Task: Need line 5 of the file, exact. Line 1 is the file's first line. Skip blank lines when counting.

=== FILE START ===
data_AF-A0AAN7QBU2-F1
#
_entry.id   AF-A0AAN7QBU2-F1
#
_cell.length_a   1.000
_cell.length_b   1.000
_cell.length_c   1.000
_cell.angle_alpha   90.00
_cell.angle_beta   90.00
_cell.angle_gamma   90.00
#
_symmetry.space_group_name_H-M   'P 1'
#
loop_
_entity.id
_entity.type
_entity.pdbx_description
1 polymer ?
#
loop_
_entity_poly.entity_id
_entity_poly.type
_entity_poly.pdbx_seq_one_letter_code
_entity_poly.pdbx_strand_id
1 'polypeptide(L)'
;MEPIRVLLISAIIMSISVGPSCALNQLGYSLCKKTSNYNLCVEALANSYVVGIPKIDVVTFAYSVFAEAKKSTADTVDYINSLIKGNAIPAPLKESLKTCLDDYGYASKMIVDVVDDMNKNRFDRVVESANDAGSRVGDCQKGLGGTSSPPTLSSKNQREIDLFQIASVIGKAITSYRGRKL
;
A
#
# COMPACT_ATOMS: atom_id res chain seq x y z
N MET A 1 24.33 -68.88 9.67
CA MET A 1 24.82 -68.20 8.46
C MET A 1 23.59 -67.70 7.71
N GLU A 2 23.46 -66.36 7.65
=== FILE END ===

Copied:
_cell.length_a   1.000